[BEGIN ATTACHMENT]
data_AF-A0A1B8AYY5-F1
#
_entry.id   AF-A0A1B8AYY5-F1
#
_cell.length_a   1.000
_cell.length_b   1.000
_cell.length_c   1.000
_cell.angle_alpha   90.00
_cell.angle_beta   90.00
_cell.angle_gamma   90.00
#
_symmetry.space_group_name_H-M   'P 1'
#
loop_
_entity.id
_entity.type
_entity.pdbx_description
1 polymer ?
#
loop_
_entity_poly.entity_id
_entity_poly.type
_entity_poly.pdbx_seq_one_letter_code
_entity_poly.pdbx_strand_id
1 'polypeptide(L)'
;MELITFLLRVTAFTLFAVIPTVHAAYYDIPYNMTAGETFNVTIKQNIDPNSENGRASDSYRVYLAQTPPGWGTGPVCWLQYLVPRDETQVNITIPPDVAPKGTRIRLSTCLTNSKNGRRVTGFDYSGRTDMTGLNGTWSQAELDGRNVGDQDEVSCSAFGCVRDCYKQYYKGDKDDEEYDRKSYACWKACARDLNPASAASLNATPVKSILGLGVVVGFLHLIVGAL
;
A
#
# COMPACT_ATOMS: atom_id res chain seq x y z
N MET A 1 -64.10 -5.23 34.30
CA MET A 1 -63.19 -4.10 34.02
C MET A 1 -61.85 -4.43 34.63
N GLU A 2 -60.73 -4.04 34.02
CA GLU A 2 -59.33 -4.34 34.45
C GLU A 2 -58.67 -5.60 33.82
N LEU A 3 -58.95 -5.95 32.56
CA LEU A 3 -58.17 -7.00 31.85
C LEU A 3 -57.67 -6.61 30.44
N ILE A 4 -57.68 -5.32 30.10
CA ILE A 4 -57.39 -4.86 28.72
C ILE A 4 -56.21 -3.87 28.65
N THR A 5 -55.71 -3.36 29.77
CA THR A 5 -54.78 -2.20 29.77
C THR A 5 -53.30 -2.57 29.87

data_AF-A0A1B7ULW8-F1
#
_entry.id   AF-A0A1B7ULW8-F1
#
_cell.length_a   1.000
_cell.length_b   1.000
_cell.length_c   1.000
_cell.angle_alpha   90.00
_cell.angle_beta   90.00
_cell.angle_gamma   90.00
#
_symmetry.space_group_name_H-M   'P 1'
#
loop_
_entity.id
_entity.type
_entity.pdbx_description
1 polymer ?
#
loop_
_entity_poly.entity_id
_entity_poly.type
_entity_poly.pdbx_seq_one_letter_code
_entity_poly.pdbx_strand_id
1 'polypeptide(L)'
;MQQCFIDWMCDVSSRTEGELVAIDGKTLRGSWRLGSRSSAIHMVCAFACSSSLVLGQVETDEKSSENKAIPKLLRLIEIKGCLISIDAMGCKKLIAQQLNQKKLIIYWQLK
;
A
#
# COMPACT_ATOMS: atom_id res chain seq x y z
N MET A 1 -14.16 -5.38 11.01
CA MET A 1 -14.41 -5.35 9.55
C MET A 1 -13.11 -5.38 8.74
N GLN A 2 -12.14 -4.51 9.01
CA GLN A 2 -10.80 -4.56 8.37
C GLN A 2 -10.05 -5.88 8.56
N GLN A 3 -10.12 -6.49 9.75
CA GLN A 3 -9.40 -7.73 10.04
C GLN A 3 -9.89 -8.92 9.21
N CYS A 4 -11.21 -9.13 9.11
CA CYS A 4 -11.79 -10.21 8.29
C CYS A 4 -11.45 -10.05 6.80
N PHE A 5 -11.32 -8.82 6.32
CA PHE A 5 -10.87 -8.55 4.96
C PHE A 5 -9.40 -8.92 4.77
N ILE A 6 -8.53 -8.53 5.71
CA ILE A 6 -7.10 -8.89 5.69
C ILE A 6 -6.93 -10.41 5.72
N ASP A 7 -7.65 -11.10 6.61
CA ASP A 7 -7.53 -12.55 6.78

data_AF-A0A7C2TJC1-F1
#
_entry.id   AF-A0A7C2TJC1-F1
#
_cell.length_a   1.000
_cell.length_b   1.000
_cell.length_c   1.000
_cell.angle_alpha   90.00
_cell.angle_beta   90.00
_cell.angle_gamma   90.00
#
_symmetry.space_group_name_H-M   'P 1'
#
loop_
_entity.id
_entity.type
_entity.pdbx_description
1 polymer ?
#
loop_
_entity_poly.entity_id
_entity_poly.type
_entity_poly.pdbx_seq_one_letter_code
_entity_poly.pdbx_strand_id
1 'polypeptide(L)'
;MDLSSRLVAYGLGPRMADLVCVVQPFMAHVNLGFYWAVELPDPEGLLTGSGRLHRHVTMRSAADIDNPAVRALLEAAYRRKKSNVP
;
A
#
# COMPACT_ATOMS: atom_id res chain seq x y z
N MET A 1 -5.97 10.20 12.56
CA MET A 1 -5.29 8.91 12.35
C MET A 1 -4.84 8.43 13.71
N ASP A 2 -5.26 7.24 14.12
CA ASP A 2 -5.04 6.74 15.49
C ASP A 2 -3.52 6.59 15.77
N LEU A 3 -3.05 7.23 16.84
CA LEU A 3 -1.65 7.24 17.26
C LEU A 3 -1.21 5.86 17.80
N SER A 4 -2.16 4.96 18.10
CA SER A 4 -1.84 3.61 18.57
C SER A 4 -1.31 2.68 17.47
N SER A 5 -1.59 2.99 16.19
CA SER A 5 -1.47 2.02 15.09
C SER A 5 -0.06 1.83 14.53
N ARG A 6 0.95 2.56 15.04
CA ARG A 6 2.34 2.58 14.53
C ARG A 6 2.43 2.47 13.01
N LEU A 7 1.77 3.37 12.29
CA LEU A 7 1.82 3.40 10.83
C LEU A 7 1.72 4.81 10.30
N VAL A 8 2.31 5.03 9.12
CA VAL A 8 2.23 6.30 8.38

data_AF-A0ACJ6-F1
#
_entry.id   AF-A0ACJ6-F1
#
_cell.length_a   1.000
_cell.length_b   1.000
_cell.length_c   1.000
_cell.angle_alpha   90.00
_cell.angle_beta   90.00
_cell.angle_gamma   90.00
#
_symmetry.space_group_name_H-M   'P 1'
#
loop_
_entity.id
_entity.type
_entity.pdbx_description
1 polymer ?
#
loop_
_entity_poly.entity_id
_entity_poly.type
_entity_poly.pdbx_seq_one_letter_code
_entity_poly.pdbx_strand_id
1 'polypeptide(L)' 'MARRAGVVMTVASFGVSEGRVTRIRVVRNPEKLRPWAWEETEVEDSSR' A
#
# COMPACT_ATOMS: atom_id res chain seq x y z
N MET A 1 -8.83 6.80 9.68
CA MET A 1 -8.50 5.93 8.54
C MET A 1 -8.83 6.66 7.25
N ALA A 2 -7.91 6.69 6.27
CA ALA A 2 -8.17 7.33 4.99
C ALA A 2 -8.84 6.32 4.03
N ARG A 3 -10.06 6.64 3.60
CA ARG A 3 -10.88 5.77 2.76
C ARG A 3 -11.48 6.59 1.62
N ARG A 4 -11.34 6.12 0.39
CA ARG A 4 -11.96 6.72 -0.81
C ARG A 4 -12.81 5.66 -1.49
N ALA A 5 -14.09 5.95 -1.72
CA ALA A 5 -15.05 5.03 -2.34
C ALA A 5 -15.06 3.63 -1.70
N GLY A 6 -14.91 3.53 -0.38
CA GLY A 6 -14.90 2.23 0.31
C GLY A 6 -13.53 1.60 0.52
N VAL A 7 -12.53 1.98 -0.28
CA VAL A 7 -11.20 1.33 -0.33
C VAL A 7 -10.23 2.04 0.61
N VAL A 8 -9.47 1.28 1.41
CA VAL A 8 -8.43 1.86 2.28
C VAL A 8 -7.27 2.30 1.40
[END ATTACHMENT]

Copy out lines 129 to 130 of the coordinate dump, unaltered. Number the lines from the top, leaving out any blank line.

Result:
N ASP A 2 -5.26 7.24 14.12
CA ASP A 2 -5.04 6.74 15.49